Executive Plans to Move Device Maker, Breathe Technologies, Inc. to SoCal, Expected to Hire 25 and Grow to 70 or More in the Future
Published: Mar 16, 2011
The company, now based in San Ramon, “more than likely” will settle in Irvine, said Larry Mastrovich, Breathe’s chief executive and a former executive at Lake Forest-based home healthcare provider Apria Healthcare Group Inc.
The company is looking for a building for its corporate offices as well as manufacturing, he said.
The maker of devices for respiratory disorders is expected to start with 25 local jobs and grow to 70 or more people in its third year of operation here, according to Mastrovich.
Breathe makes small devices for treating chronic obstructive pulmonary disease, which affects the lungs and makes breathing difficult.
The company’s devices also target sleep apnea, another breathing disorder.
Breathe’s lead product, the BT-V2S portable ventilator, recently received Food and Drug Administration clearance for home use.
BT-V2S is set to start selling to hospitals and home healthcare companies by the fourth quarter, according to Mastrovich.
Breathe doesn’t have any sales yet.
The number of medical device workers in South County and northern San Diego County drove Breathe’s decision to move here, said Mastrovich, a Coto de Caza resident who previously was president and chief operating officer of Apria Healthcare.
“It is close to people,” he said. “We have 10 competitors that are in the marketplace that we can recruit talent from.”
Rivals include CareFusion Corp. and ResMed Corp., both of San Diego, and Philips Respironics, a suburban Pittsburgh unit of the Netherlands’ Royal Philips Electronics NV. v Philips has chronic obstructive pulmonary operations in Carlsbad and La Mirada.
For sleep apnea, Breathe’s rivals include New Zealand’s Fisher & Paykel Healthcare, which has operations in Irvine.
Breathe is “heavily recruiting” via websites and search firms to fill positions here, Mastrovich said.
The company is looking to hire in sales and marketing, clinical, engineering and operations positions.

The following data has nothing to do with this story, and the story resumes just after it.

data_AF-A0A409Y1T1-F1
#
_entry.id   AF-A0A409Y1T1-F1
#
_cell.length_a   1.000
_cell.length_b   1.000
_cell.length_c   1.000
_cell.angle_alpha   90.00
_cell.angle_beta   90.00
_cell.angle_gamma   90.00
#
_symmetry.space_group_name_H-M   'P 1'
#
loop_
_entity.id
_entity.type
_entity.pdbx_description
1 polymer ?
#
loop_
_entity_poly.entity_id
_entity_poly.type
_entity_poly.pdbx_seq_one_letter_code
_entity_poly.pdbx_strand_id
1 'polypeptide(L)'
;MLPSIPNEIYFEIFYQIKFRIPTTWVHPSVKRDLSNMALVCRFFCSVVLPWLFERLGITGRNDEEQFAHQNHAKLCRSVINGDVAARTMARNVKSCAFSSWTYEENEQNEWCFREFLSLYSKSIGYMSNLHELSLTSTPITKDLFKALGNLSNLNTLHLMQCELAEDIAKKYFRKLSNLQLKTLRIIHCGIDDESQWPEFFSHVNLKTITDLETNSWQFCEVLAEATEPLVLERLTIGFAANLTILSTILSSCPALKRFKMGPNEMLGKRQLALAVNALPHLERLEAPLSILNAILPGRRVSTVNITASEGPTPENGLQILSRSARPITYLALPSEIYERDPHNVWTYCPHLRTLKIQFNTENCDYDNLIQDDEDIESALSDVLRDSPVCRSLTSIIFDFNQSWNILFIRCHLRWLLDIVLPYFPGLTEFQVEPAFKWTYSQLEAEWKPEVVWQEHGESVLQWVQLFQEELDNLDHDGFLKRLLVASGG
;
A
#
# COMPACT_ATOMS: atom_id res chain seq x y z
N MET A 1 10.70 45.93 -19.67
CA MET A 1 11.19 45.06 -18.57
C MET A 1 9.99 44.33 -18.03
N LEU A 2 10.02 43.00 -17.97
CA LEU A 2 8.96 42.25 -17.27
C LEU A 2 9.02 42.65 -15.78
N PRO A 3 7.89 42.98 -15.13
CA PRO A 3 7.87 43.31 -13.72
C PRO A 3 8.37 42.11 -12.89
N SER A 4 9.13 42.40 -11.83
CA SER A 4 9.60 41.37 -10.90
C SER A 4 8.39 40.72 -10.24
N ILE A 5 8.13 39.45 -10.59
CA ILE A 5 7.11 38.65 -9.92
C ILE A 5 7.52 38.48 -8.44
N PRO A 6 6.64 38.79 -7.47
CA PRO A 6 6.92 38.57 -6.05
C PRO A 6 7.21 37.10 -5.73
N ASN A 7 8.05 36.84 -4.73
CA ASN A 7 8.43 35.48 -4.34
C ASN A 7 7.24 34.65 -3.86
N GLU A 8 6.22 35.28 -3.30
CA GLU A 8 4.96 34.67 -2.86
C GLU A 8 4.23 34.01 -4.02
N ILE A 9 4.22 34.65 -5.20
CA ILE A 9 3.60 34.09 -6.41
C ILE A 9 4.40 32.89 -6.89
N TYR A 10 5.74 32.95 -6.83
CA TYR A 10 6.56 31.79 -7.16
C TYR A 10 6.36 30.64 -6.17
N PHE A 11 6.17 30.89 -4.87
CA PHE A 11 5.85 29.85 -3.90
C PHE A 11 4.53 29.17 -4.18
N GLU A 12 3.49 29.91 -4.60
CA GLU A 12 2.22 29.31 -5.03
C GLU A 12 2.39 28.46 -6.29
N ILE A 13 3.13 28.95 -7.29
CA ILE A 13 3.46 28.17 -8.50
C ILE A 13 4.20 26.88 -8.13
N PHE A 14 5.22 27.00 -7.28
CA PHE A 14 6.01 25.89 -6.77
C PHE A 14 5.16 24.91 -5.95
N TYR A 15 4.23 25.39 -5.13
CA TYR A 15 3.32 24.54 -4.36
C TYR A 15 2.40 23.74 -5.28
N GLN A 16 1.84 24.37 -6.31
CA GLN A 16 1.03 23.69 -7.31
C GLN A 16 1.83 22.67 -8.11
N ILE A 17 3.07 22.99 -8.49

Breathe, which was founded in 2005, is backed by venture capitalists and has raised $43 million.
Investors include Silicon Valley’s Kleiner Perkins Caufield and Byers, and New Jersey’s Johnson & Johnson Development Corp.
Breathe expects to commercialize BT-V2S with its current funding, Mastrovich said. The company will decide whether to seek another round of funding in the third quarter, he said.
Chronic obstructive pulmonary disease is a lucrative market: Mastrovich estimated that it affects 12 million Americans and is a $43 billion yearly market.
It’s usually treated by inhaled drugs, oxygen, lung-reduction surgery or full ventilation with life support.
Breathe’s ventilator seeks to drive oxygen deeper into the lungs, “offloading the lungs and their respiratory muscles from all the work of breathing,” Mastrovich said.
Breathe could hit an even larger market with sleep apnea. Some 25 million Americans have some level of breathing obstruction when they sleep. The number is growing at a 14% yearly rate, according to Mastrovich.
He spent 25 years with Apria, the largest home healthcare provider in the U.S. Apria went private in a 2008 buyout by Blackstone Group LP.
Mastrovich left the company in early 2010 after sticking “around for about 15 months” to help with the transition.
He became Breathe’s chief executive in November.
A personal relationship with Breathe’s chairman, John Miclot, led Mastrovich to the company.
Mastrovich’s time at Apria, which provides breathing treatments to patients in their homes, is useful at Breathe, he said.
“The customer base is really the same customer base that I’m used to working with,” Mastrovich said.